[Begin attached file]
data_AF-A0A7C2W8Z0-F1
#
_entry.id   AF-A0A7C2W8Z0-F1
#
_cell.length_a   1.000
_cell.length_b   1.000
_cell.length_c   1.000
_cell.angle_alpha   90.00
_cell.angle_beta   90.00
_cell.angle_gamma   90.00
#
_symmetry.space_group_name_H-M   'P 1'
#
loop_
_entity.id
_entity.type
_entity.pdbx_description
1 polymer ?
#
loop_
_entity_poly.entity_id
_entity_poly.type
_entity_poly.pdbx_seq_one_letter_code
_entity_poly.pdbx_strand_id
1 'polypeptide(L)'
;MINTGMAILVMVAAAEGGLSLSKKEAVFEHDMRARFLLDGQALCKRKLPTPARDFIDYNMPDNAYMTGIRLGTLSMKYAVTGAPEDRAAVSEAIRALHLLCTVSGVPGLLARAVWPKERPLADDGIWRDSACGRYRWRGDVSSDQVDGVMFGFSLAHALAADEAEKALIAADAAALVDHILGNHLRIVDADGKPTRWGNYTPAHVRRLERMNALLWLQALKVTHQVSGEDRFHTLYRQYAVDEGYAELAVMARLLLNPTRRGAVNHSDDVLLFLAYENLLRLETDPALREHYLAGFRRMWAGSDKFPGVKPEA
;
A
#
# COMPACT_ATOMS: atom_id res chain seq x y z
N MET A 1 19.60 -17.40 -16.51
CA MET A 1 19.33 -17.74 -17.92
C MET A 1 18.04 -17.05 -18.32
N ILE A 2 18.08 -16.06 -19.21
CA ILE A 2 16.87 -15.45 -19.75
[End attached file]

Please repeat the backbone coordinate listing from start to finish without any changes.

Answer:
data_AF-A0A7C2W8Z0-F1
#
_entry.id   AF-A0A7C2W8Z0-F1
#
_cell.length_a   1.000
_cell.length_b   1.000
_cell.length_c   1.000
_cell.angle_alpha   90.00
_cell.angle_beta   90.00
_cell.angle_gamma   90.00
#
_symmetry.space_group_name_H-M   'P 1'
#
loop_
_entity.id
_entity.type
_entity.pdbx_description
1 polymer ?
#
loop_
_entity_poly.entity_id
_entity_poly.type
_entity_poly.pdbx_seq_one_letter_code
_entity_poly.pdbx_strand_id
1 'polypeptide(L)'
;MINTGMAILVMVAAAEGGLSLSKKEAVFEHDMRARFLLDGQALCKRKLPTPARDFIDYNMPDNAYMTGIRLGTLSMKYAVTGAPEDRAAVSEAIRALHLLCTVSGVPGLLARAVWPKERPLADDGIWRDSACGRYRWRGDVSSDQVDGVMFGFSLAHALAADEAEKALIAADAAALVDHILGNHLRIVDADGKPTRWGNYTPAHVRRLERMNALLWLQALKVTHQVSGEDRFHTLYRQYAVDEGYAELAVMARLLLNPTRRGAVNHSDDVLLFLAYENLLRLETDPALREHYLAGFRRMWAGSDKFPGVKPEA
;
A
#
# COMPACT_ATOMS: atom_id res chain seq x y z
N MET A 1 19.60 -17.40 -16.51
CA MET A 1 19.33 -17.74 -17.92
C MET A 1 18.04 -17.05 -18.32
N ILE A 2 18.08 -16.06 -19.21
CA ILE A 2 16.87 -15.45 -19.75